The nine-year prison sentence handed down to the former governor of Veracruz yesterday does not spell the end of the federal investigation into corruption in the Gulf coast state.
Federal prosecutor Felipe de Jesús Muñoz Vázquez told a press conference today that the federal Attorney General’s office (PGR) continues to seek to execute arrest warrants against former state government officials who served during the administration of Javier Duarte and allegedly participated in the ex-governor’s embezzlement scheme.
One of the persons sought has a “biblical name,” Muñoz said, referring to Moisés Mansur, who is believed to have been Duarte’s main front man.
“We have several files and preliminary investigations open . . . against officials who worked in Javier’s administration . . . and I must point out that we even have arrest warrants against them. The investigation continues,” he said.
The ex-governor’s wife, Karime Macías, who is believed to be living in London, England, is also under investigation although the PGR prosecutor didn’t offer details about the case against her.
With regard to Duarte’s sentence, which could see the ex-governor leave prison on parole in just over three years, Muñoz said “when we come across cases like this . . . we’re never satisfied” but added “the law mandates benefits and we have to follow what the law says.”
Before yesterday’s hearing, Duarte negotiated an abbreviated criminal procedure with the PGR which allowed him to avoid an oral trial by pleading guilty to the charges against him in advance.
In exchange, the PGR agreed to seek minimum sentences for each crime he was accused of — both money laundering and organized crime charges have five-year minimums — and cut one year from his sentence.
The one year and five months Duarte has already spent in custody were deducted from his sentence, meaning that he could seek supervised release as soon as October 2021.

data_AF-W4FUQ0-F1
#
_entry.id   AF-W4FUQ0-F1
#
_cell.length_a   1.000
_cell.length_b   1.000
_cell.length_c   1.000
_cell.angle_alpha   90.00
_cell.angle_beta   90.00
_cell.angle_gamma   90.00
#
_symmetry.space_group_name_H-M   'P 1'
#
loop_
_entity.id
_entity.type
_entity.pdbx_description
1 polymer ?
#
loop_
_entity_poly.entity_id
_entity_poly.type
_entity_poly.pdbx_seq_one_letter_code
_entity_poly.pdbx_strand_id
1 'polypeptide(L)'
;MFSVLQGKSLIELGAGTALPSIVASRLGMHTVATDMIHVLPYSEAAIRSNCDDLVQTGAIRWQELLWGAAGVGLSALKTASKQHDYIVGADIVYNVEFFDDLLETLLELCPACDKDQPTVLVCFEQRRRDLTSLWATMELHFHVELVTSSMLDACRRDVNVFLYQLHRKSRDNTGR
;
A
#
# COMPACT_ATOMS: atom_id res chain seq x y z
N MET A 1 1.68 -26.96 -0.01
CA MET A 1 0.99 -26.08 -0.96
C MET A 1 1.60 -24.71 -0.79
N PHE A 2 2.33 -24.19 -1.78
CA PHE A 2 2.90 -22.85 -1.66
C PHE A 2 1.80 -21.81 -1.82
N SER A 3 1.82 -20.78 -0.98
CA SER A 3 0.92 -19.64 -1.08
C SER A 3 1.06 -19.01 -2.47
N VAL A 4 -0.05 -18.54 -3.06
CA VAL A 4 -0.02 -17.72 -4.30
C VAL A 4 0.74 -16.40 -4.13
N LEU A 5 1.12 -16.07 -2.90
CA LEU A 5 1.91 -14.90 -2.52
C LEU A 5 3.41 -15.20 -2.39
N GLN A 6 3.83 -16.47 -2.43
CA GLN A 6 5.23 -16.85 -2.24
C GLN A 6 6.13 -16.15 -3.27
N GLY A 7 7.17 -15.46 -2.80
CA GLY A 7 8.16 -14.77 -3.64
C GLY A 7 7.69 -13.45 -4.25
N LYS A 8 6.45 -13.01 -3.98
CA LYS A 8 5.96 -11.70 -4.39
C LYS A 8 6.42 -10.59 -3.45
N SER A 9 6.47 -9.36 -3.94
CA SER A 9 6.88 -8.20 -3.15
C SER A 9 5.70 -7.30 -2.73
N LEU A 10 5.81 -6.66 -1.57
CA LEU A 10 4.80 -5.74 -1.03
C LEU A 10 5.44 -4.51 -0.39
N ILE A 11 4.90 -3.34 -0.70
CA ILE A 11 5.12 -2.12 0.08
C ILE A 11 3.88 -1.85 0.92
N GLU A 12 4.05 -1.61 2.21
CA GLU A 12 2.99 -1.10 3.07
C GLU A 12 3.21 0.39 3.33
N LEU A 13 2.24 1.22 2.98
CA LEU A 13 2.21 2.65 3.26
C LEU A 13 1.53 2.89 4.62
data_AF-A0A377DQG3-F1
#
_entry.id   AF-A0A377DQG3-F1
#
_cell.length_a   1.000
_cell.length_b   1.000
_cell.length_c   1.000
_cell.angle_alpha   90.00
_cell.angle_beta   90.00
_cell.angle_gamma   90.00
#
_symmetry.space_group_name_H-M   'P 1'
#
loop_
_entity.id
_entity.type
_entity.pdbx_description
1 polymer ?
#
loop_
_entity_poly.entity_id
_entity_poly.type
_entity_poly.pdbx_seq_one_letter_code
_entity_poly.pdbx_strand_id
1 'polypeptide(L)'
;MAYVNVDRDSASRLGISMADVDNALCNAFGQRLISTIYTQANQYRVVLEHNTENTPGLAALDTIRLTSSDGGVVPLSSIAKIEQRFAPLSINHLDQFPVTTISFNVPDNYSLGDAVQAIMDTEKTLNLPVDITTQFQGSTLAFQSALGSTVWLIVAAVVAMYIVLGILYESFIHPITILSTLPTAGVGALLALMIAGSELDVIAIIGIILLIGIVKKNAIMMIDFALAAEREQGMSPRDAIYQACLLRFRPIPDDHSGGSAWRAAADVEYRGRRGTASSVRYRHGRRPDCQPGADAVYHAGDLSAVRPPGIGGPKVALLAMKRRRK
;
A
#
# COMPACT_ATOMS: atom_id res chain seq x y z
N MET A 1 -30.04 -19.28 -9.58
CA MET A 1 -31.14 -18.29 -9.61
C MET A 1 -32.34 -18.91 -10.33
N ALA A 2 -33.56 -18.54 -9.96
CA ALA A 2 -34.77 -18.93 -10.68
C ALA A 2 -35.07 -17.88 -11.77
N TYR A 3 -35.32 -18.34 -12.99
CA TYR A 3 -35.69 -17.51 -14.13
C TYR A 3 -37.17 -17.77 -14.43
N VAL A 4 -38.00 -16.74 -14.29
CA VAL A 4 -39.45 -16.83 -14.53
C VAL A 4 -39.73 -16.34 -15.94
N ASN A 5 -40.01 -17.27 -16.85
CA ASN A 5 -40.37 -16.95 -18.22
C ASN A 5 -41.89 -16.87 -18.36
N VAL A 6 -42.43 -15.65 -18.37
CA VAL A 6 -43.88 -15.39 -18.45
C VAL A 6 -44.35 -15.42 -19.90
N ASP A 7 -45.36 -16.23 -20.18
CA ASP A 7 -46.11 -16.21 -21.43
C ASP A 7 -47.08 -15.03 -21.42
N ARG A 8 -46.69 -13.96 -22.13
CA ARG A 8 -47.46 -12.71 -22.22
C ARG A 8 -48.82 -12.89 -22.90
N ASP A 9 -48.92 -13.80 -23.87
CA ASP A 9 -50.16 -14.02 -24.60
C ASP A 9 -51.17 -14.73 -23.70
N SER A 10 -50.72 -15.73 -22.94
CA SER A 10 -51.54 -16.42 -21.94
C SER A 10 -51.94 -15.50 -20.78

The PGR didn’t seek reparations from Duarte for the billions of pesos in state money he is estimated to have embezzled but Muñoz said the 41 properties seized added up to an almost equivalent amount.
“. . . It’s a significant amount, to give an example, we seized . . . three apartments in Santa Fe [Mexico City], each with an approximate value of 45 million pesos . . . also last year an amount of approximately 440 million pesos was returned to the government of Veracruz . . .” he said.
However, the Federal Auditor’s Office has estimated that Duarte could have embezzled more than 61 billion pesos between 2011 and 2016.
Veracruz Governor Miguel Ángel Yunes Linares said in a radio interview this morning that “nobody can be satisfied” with the penalty Duarte received considering the damage he did to the state but added “he pleaded guilty, that’s the important thing.”
Yunes, who has made pursuing Duarte and other allegedly corrupt ex-officials central to his administration, added that he understood the PGR had accepted Duarte’s abbreviated procedure proposal because “it didn’t have sufficient evidence to support the organized crime accusation.”
But in a press conference later the governor took a harder stand, declaring the sentence was more like a pardon. He described it as an outrage to all the citizens of Veracruz.
He estimated the value of the seized properties at 800 million pesos and issued a demand that they be turned over to his state.
In the earlier interview the governor said his administration is hopeful that the government of Guatemala — where Duarte was arrested in April 2017 — will allow the ex-governor to be tried for the crime of enforced disappearance, for which Veracruz authorities have an outstanding arrest warrant.
Veracruz state police, including four high-ranking former security officials, have already been accused of using death squad tactics to forcibly disappear at least 15 people during the ex-governor’s rule.
Authorities in Veracruz are also pursuing Duarte on charges of embezzlement and misuse of powers and Yunes said that he hoped more years would be added to the former governor’s sentence.